The construction of the TPM chips themselves makes attempting to directly access their contents virtually impossible. Some models are even said to have a physical self-destruct function if attempts to access the inside are detected. Meanwhile, the points that attach the chip to the board are so small that, in practice, it is almost impossible to solder anything to them to try to access the data being transmitted to and from the chip.
And what would be the point of accessing such data traffic? This is where we need to know that the TPM connection to the CPU is via an SPI (Serial Peripheral Interface) bus and that, due to BitLocker’s security implementation, placing a sniffer on this data bus could allow the decryption key of the system’s storage unit to be obtained, since it is transmitted unencrypted.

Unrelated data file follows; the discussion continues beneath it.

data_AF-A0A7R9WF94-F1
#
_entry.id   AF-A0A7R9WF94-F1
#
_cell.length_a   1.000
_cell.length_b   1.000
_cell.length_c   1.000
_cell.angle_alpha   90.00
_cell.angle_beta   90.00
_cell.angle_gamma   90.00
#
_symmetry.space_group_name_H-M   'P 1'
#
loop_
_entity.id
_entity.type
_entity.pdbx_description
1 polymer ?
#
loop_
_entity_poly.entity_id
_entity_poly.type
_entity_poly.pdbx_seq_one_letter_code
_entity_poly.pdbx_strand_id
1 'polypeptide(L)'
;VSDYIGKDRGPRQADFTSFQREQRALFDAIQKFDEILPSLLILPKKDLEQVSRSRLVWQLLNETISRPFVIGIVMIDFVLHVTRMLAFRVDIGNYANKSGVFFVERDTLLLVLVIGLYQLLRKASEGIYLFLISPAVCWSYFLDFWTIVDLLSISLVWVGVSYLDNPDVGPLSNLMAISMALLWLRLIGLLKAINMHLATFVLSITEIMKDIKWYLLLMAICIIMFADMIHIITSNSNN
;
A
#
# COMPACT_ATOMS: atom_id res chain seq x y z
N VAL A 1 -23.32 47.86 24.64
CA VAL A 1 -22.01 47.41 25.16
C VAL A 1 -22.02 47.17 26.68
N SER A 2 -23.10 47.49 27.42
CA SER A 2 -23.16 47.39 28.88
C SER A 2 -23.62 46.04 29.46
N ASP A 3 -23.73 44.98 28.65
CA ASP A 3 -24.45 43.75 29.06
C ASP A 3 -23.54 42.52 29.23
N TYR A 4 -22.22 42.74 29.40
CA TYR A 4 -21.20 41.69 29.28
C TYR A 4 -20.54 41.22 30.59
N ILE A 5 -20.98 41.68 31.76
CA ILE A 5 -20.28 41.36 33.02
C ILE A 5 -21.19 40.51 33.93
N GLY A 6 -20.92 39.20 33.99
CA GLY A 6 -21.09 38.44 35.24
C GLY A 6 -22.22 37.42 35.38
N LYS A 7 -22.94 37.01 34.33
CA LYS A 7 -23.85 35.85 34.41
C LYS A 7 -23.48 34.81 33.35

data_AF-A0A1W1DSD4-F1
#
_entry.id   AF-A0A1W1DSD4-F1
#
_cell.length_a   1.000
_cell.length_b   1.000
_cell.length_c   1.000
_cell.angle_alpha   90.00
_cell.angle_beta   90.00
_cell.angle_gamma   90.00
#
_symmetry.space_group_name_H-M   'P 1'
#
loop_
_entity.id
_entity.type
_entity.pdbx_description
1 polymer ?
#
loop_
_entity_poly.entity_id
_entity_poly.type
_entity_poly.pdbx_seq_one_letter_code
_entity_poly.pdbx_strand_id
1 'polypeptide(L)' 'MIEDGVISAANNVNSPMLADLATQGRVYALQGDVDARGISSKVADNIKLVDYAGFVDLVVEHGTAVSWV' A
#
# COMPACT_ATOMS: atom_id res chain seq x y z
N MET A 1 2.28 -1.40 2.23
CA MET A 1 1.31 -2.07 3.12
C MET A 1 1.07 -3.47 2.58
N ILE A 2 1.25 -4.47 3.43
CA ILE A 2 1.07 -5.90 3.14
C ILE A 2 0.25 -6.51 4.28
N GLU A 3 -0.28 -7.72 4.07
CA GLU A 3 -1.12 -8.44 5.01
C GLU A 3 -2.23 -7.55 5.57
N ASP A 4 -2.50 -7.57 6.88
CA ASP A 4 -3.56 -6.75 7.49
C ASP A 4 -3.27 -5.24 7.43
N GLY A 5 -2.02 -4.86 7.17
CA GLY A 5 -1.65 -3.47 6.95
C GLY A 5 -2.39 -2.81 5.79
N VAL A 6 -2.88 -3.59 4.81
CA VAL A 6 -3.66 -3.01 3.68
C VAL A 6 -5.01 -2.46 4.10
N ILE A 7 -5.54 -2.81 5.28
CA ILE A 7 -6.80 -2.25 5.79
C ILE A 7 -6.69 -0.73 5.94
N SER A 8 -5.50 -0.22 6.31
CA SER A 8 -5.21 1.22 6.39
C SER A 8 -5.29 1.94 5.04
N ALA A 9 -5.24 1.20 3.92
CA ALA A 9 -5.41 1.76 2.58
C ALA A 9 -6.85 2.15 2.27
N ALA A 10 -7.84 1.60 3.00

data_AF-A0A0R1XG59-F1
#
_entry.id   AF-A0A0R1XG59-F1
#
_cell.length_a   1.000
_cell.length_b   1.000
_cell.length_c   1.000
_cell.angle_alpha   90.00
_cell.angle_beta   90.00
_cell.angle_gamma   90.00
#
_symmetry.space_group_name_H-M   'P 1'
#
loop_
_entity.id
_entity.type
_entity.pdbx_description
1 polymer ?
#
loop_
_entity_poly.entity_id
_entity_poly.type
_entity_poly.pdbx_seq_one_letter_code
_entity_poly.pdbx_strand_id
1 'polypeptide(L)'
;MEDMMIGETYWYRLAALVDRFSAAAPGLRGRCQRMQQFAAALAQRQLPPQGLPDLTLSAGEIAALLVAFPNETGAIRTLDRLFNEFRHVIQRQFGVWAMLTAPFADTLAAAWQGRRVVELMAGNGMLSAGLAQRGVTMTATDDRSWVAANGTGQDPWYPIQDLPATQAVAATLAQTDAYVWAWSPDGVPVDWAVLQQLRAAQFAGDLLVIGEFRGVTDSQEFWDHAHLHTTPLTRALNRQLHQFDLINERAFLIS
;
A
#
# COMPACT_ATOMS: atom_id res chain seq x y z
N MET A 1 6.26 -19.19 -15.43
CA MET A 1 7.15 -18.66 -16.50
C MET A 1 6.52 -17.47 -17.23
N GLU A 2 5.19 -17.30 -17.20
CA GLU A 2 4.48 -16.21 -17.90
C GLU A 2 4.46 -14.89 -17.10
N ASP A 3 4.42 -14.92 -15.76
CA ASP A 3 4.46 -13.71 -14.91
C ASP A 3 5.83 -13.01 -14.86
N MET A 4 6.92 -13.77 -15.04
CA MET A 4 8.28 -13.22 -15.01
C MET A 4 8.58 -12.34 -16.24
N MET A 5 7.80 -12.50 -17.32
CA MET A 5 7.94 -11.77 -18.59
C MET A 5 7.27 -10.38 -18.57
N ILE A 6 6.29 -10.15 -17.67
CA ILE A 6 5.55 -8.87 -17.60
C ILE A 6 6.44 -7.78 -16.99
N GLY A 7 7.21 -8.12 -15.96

Ideally, for security reasons, the TPM should have a dedicated bus connecting it to the CPU, but for design and cost reasons, it turns out that the same bus used for this connection is also used by other components on the motherboard, including the CMOS chip that houses the system’s BIOS. What is special about this chip? Well, unlike the TPM, the pins that connect it to the motherboard are very large, so connecting something to them is much easier.
The next step was to analyze all the data traffic on the SPI bus to which both the BIOS and the TPM chip were connected, filtering all the data to extract the encryption key. It didn’t take them long to exploit system access to the hard disk to gain access to the contents of the storage unit. From that moment on, the war was already won, the researchers had already obtained the key needed to decrypt the contents of the disk.
With the drive decryption key obtained, the researchers no longer had to face the impossibility of unlocking the system without the key: the next step was to disconnect the SSD from the laptop and connect it to another system to access its contents.
Even worse than it looked